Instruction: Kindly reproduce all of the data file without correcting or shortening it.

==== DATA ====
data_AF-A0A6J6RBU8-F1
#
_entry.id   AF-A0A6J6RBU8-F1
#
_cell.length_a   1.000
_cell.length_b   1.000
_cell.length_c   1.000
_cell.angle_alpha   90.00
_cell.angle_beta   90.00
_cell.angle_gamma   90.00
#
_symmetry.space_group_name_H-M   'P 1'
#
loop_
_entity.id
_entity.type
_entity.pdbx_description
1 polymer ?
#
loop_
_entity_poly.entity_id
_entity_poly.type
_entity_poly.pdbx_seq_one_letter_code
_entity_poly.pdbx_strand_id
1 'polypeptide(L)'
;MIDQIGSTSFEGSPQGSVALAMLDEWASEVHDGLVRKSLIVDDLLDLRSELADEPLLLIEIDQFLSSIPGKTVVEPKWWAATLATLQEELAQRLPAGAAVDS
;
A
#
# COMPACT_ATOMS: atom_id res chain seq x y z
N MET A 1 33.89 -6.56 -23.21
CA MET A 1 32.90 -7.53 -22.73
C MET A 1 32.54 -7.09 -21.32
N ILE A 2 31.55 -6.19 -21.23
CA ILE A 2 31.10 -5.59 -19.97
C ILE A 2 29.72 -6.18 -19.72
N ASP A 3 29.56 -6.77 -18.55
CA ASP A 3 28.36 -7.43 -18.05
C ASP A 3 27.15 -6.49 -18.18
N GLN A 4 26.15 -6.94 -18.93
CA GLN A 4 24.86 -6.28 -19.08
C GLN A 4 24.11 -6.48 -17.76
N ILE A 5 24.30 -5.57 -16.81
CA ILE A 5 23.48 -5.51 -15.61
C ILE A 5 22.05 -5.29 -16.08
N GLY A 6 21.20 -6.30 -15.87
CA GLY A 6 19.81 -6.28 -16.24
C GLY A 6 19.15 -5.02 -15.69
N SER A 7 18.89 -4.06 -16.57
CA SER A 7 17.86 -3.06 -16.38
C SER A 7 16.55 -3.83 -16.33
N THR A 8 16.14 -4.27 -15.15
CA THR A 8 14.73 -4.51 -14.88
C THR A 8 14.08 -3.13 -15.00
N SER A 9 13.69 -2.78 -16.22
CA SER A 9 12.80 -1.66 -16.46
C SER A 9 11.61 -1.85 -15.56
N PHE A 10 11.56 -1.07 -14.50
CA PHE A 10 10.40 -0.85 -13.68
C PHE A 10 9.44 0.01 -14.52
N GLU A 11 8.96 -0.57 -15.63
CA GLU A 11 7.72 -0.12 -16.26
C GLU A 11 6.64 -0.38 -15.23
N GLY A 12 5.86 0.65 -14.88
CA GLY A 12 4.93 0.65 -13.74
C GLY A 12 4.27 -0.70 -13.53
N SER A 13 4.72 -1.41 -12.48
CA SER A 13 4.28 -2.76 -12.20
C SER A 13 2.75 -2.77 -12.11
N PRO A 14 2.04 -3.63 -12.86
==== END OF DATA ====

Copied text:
data_AF-A0A6J6RBU8-F1
#
_entry.id   AF-A0A6J6RBU8-F1
#
_cell.length_a   1.000
_cell.length_b   1.000
_cell.length_c   1.000
_cell.angle_alpha   90.00
_cell.angle_beta   90.00
_cell.angle_gamma   90.00
#
_symmetry.space_group_name_H-M   'P 1'
#
loop_
_entity.id
_entity.type
_entity.pdbx_description
1 polymer ?
#
loop_
_entity_poly.entity_id
_entity_poly.type
_entity_poly.pdbx_seq_one_letter_code
_entity_poly.pdbx_strand_id
1 'polypeptide(L)'
;MIDQIGSTSFEGSPQGSVALAMLDEWASEVHDGLVRKSLIVDDLLDLRSELADEPLLLIEIDQFLSSIPGKTVVEPKWWAATLATLQEELAQRLPAGAAVDS
;
A
#
# COMPACT_ATOMS: atom_id res chain seq x y z
N MET A 1 33.89 -6.56 -23.21
CA MET A 1 32.90 -7.53 -22.73
C MET A 1 32.54 -7.09 -21.32
N ILE A 2 31.55 -6.19 -21.23
CA ILE A 2 31.10 -5.59 -19.97
C ILE A 2 29.72 -6.18 -19.72
N ASP A 3 29.56 -6.77 -18.55
CA ASP A 3 28.36 -7.43 -18.05
C ASP A 3 27.15 -6.49 -18.18
N GLN A 4 26.15 -6.94 -18.93
CA GLN A 4 24.86 -6.28 -19.08
C GLN A 4 24.11 -6.48 -17.76
N ILE A 5 24.30 -5.57 -16.81
CA ILE A 5 23.48 -5.51 -15.61
C ILE A 5 22.05 -5.29 -16.08
N GLY A 6 21.20 -6.30 -15.87
CA GLY A 6 19.81 -6.28 -16.24
C GLY A 6 19.15 -5.02 -15.69
N SER A 7 18.89 -4.06 -16.57
CA SER A 7 17.86 -3.06 -16.38
C SER A 7 16.55 -3.83 -16.33
N THR A 8 16.14 -4.27 -15.15
CA THR A 8 14.73 -4.51 -14.88
C THR A 8 14.08 -3.13 -15.00
N SER A 9 13.69 -2.78 -16.22
CA SER A 9 12.80 -1.66 -16.46
C SER A 9 11.61 -1.85 -15.56
N PHE A 10 11.56 -1.07 -14.50
CA PHE A 10 10.40 -0.85 -13.68
C PHE A 10 9.44 0.01 -14.52
N GLU A 11 8.96 -0.57 -15.63
CA GLU A 11 7.72 -0.12 -16.26
C GLU A 11 6.64 -0.38 -15.23
N GLY A 12 5.86 0.65 -14.88
CA GLY A 12 4.93 0.65 -13.74
C GLY A 12 4.27 -0.70 -13.53
N SER A 13 4.72 -1.41 -12.48
CA SER A 13 4.28 -2.76 -12.20
C SER A 13 2.75 -2.77 -12.11
N PRO A 14 2.04 -3.63 -12.86